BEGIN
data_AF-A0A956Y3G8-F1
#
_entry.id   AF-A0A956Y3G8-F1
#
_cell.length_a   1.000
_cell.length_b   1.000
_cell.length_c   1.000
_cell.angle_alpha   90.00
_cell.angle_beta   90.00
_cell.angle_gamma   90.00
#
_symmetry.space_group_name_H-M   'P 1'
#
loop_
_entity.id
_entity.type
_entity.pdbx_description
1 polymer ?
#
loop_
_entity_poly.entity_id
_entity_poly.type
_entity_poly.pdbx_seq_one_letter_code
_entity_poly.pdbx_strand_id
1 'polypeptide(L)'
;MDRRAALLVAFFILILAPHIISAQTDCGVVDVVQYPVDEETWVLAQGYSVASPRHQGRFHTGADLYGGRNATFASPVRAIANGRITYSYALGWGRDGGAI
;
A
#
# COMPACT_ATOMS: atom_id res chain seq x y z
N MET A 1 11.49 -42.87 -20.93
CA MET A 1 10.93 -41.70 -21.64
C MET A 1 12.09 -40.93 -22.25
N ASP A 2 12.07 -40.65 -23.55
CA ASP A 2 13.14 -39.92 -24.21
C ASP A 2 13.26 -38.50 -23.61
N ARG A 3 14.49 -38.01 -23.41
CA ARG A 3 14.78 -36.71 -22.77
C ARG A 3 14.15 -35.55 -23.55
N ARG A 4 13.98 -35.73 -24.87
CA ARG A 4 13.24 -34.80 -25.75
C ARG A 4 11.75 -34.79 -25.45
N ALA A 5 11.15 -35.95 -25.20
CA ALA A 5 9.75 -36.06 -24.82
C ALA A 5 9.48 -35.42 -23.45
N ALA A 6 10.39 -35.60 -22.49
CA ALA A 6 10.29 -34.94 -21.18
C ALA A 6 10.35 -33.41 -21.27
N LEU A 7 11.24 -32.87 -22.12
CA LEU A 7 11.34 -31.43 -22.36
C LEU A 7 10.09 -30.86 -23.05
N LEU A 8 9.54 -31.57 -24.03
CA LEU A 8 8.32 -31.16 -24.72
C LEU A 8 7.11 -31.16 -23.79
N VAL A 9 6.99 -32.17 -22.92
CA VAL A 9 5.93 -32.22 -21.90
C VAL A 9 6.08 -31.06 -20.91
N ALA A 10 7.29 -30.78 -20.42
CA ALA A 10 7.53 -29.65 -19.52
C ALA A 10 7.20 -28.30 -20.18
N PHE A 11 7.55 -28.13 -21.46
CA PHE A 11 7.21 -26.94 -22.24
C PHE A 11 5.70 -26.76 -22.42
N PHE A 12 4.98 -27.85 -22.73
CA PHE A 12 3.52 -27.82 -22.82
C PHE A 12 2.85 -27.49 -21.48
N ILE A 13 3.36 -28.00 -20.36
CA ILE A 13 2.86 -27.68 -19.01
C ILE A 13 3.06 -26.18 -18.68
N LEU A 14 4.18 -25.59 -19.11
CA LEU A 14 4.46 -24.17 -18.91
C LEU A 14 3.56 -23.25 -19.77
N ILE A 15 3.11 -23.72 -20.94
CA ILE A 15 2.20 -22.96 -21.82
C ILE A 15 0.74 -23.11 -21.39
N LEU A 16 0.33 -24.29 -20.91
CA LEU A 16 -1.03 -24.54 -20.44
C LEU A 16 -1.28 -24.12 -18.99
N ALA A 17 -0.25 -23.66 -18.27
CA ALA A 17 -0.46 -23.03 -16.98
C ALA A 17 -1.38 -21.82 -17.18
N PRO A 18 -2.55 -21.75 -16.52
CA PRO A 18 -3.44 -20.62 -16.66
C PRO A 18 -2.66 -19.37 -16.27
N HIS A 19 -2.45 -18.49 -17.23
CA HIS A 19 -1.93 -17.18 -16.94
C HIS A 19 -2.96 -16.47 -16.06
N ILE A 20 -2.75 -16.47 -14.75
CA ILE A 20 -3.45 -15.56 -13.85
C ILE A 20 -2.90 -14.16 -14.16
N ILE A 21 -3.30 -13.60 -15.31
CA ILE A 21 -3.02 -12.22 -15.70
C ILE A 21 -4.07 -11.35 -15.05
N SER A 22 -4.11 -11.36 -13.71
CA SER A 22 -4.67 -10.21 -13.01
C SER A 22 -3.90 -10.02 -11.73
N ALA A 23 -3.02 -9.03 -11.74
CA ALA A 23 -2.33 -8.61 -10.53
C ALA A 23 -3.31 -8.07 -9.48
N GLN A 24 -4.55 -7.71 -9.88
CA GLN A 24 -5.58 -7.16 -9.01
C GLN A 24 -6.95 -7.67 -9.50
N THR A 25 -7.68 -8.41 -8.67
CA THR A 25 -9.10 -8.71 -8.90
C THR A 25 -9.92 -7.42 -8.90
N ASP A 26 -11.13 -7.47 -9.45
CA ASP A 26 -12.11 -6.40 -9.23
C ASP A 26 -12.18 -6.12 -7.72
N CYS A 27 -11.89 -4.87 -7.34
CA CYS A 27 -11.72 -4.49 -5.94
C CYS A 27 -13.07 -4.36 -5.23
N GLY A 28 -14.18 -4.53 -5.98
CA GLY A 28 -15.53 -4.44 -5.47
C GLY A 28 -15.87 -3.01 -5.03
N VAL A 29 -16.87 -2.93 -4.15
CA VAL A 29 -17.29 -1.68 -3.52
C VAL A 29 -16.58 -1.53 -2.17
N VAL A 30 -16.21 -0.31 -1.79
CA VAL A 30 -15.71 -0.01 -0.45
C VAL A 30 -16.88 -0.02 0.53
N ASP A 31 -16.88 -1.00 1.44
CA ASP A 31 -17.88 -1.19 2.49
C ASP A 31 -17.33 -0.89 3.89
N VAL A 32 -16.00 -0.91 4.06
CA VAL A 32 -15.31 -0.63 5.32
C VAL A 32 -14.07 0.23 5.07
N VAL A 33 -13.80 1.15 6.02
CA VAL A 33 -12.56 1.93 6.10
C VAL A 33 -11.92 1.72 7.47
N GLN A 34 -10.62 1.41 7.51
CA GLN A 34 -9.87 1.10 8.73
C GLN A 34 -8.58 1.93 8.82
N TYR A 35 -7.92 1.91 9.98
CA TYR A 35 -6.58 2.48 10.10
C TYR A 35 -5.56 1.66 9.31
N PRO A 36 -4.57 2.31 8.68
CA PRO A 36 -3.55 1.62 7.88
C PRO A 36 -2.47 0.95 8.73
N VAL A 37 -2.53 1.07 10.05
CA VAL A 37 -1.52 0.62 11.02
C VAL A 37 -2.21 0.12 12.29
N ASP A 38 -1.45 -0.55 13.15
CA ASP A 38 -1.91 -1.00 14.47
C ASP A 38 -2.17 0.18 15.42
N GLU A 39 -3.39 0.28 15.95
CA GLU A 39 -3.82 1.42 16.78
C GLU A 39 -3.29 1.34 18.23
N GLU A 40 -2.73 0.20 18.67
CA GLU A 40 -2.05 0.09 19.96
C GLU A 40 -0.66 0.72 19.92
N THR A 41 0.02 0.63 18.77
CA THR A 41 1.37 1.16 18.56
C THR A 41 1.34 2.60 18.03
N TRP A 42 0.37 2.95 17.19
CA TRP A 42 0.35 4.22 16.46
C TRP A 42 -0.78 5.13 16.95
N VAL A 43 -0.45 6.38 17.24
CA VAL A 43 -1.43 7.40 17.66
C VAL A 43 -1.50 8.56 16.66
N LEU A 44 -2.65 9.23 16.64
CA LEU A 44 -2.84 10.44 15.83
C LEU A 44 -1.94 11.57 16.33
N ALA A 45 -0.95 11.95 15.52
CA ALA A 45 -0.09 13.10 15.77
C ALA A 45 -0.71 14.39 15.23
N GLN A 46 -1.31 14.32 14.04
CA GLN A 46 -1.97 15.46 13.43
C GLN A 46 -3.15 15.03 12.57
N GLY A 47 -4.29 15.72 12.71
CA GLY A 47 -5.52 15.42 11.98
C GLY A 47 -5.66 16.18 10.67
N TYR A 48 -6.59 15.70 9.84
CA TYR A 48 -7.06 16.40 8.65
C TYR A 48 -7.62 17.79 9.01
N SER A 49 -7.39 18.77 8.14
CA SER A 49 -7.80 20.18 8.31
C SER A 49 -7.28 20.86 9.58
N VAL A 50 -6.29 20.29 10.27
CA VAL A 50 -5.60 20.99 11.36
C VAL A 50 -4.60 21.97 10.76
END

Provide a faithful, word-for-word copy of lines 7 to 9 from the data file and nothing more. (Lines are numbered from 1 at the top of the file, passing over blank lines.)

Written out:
_cell.length_c   1.000
_cell.angle_alpha   90.00
_cell.angle_beta   90.00